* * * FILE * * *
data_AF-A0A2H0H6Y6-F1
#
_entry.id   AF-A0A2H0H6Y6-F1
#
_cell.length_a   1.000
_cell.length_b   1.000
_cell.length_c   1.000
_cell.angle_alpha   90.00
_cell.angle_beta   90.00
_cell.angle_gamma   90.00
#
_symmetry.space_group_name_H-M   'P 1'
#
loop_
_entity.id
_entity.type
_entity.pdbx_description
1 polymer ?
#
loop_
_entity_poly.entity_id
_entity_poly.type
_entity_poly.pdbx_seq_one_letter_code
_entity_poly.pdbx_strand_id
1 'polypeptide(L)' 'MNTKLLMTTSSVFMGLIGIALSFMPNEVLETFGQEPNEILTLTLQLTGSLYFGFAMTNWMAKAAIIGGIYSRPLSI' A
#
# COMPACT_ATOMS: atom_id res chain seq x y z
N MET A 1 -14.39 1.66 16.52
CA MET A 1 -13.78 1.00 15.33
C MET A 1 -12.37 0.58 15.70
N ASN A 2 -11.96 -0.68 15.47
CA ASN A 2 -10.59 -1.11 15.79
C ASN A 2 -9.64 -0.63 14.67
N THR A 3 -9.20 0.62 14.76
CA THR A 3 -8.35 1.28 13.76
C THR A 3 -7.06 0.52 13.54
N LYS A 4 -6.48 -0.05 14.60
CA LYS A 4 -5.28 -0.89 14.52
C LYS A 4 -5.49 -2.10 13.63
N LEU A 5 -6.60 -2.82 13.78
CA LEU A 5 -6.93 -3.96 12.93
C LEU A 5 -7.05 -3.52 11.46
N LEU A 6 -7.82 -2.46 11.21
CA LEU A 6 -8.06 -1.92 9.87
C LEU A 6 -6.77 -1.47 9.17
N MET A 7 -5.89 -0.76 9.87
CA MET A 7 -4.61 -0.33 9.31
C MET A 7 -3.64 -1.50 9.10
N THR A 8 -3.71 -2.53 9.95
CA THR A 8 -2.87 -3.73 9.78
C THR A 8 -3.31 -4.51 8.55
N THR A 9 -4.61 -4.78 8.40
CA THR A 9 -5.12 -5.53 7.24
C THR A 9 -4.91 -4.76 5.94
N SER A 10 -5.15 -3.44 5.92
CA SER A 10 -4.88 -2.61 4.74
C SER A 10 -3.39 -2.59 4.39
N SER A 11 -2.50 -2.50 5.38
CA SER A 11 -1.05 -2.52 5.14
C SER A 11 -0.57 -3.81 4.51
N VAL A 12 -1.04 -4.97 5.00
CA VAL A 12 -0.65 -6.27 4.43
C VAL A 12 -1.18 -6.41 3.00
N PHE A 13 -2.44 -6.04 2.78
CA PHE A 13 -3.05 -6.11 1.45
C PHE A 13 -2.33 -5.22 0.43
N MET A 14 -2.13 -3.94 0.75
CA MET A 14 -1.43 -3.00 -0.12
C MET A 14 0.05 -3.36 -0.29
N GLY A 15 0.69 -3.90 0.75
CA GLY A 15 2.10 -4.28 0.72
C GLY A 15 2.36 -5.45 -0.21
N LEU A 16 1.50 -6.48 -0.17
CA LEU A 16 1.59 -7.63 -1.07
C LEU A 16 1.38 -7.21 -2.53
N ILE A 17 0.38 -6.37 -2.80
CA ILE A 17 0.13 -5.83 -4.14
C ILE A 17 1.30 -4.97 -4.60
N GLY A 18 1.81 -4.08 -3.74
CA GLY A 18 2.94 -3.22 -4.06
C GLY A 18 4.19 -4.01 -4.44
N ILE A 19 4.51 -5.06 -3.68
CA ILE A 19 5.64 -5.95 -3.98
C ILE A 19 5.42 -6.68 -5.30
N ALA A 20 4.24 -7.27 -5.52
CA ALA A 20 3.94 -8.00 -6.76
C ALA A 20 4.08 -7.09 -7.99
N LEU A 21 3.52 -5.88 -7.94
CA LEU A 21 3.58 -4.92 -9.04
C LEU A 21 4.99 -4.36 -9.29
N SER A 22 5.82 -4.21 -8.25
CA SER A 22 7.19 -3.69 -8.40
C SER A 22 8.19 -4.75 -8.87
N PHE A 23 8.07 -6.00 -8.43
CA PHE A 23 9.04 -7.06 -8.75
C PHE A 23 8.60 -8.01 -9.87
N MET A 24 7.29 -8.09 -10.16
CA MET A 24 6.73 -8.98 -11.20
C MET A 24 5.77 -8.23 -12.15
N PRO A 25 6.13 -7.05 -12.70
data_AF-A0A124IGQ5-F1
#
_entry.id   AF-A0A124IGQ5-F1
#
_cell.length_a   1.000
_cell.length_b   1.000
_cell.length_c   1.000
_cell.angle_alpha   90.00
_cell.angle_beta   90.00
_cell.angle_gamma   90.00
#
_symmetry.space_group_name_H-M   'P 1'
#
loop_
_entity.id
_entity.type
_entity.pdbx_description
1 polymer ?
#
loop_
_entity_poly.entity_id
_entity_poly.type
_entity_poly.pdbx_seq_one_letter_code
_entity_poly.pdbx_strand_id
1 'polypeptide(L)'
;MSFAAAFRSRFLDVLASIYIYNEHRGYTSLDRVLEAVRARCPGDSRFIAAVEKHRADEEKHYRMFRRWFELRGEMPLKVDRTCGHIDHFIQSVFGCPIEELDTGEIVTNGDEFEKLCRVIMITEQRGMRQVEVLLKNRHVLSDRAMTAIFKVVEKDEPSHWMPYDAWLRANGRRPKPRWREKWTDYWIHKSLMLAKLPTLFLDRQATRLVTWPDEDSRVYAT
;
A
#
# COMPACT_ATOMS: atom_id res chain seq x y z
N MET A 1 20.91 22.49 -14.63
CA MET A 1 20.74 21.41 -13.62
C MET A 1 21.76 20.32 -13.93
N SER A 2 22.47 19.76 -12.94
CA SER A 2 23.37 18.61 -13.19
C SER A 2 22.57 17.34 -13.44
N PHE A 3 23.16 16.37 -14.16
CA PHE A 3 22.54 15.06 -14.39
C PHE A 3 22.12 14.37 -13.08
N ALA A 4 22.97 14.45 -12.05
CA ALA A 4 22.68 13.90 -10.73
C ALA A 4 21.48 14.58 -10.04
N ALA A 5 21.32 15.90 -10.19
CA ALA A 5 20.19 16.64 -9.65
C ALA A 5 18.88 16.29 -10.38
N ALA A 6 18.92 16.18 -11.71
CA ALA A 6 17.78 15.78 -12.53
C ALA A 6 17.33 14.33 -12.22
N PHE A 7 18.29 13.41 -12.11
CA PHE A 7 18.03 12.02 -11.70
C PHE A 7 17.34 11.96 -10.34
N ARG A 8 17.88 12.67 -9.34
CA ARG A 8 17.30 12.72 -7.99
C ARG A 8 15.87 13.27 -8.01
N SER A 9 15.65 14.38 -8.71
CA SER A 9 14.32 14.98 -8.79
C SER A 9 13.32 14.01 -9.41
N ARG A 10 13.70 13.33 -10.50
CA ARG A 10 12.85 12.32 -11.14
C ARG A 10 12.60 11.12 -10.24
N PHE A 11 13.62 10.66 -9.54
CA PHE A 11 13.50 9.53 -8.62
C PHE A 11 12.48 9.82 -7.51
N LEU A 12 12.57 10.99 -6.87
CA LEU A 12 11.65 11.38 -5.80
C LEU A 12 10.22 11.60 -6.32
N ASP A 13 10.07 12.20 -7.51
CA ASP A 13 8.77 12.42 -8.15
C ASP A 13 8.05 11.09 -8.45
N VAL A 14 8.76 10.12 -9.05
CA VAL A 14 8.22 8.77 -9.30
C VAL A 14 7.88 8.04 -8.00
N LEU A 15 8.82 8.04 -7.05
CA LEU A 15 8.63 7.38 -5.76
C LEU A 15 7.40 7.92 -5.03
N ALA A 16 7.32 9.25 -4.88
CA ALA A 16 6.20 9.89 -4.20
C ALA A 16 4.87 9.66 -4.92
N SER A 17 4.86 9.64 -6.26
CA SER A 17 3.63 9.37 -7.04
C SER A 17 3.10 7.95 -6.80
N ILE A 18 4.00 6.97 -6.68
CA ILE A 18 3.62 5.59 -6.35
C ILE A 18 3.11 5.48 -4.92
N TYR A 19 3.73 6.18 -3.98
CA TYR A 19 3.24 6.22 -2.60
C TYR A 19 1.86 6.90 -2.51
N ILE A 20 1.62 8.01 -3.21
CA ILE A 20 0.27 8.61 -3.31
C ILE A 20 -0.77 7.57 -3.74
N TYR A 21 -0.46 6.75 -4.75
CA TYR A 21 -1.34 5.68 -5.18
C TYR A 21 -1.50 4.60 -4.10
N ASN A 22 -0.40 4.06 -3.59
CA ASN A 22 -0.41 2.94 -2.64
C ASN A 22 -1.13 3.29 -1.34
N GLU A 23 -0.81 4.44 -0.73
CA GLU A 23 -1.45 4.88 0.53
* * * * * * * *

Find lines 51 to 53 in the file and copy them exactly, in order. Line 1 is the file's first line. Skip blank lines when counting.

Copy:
C THR A 8 -3.31 -4.51 8.55
N THR A 9 -4.61 -4.78 8.40
CA THR A 9 -5.12 -5.53 7.24